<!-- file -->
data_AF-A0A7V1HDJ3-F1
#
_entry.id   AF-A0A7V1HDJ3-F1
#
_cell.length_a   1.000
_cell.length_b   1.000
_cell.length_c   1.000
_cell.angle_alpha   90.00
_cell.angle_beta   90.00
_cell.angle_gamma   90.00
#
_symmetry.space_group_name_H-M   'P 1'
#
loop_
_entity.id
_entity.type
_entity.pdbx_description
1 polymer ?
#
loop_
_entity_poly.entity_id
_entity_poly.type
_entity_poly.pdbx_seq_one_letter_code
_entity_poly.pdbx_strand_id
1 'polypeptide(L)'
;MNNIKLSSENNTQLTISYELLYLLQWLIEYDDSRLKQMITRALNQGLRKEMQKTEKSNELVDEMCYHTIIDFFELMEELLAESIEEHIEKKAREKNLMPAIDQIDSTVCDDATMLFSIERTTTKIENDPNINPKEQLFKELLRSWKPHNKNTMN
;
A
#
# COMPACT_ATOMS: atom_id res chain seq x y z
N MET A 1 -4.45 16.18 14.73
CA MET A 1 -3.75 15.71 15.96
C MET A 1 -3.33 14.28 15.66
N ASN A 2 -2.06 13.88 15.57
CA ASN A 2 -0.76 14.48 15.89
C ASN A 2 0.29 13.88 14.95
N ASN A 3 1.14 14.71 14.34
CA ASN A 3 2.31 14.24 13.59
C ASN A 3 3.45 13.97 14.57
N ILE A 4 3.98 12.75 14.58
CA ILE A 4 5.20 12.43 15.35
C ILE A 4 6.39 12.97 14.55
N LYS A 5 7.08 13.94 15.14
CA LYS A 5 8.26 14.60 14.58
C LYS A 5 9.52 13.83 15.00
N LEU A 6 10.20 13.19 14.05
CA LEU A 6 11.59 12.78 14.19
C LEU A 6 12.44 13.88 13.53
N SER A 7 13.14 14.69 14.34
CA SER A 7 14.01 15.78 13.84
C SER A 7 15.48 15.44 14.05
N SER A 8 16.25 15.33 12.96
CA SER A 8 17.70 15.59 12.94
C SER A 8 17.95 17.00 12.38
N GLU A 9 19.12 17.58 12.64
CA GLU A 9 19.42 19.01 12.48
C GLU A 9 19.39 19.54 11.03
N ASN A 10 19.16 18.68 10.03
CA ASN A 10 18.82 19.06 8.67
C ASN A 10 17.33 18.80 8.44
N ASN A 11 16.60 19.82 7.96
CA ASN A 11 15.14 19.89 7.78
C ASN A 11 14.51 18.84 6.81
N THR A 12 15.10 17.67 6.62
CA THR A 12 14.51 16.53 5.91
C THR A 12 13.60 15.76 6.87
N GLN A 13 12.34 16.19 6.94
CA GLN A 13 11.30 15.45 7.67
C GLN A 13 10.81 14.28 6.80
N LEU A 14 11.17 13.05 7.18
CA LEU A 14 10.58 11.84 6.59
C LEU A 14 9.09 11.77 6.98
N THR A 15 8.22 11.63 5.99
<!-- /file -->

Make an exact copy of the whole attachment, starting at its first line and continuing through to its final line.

data_AF-A0A7V1HDJ3-F1
#
_entry.id   AF-A0A7V1HDJ3-F1
#
_cell.length_a   1.000
_cell.length_b   1.000
_cell.length_c   1.000
_cell.angle_alpha   90.00
_cell.angle_beta   90.00
_cell.angle_gamma   90.00
#
_symmetry.space_group_name_H-M   'P 1'
#
loop_
_entity.id
_entity.type
_entity.pdbx_description
1 polymer ?
#
loop_
_entity_poly.entity_id
_entity_poly.type
_entity_poly.pdbx_seq_one_letter_code
_entity_poly.pdbx_strand_id
1 'polypeptide(L)'
;MNNIKLSSENNTQLTISYELLYLLQWLIEYDDSRLKQMITRALNQGLRKEMQKTEKSNELVDEMCYHTIIDFFELMEELLAESIEEHIEKKAREKNLMPAIDQIDSTVCDDATMLFSIERTTTKIENDPNINPKEQLFKELLRSWKPHNKNTMN
;
A
#
# COMPACT_ATOMS: atom_id res chain seq x y z
N MET A 1 -4.45 16.18 14.73
CA MET A 1 -3.75 15.71 15.96
C MET A 1 -3.33 14.28 15.66
N ASN A 2 -2.06 13.88 15.57
CA ASN A 2 -0.76 14.48 15.89
C ASN A 2 0.29 13.88 14.95
N ASN A 3 1.14 14.71 14.34
CA ASN A 3 2.31 14.24 13.59
C ASN A 3 3.45 13.97 14.57
N ILE A 4 3.98 12.75 14.58
CA ILE A 4 5.20 12.43 15.35
C ILE A 4 6.39 12.97 14.55
N LYS A 5 7.08 13.94 15.14
CA LYS A 5 8.26 14.60 14.58
C LYS A 5 9.52 13.83 15.00
N LEU A 6 10.20 13.19 14.05
CA LEU A 6 11.59 12.78 14.19
C LEU A 6 12.44 13.88 13.53
N SER A 7 13.14 14.69 14.34
CA SER A 7 14.01 15.78 13.84
C SER A 7 15.48 15.44 14.05
N SER A 8 16.25 15.33 12.96
CA SER A 8 17.70 15.59 12.94
C SER A 8 17.95 17.00 12.38
N GLU A 9 19.12 17.58 12.64
CA GLU A 9 19.42 19.01 12.48
C GLU A 9 19.39 19.54 11.03
N ASN A 10 19.16 18.68 10.03
CA ASN A 10 18.82 19.06 8.67
C ASN A 10 17.33 18.80 8.44
N ASN A 11 16.60 19.82 7.96
CA ASN A 11 15.14 19.89 7.78
C ASN A 11 14.51 18.84 6.81
N THR A 12 15.10 17.67 6.62
CA THR A 12 14.51 16.53 5.91
C THR A 12 13.60 15.76 6.87
N GLN A 13 12.34 16.19 6.94
CA GLN A 13 11.30 15.45 7.67
C GLN A 13 10.81 14.28 6.80
N LEU A 14 11.17 13.05 7.18
CA LEU A 14 10.58 11.84 6.59
C LEU A 14 9.09 11.77 6.98
N THR A 15 8.22 11.63 5.99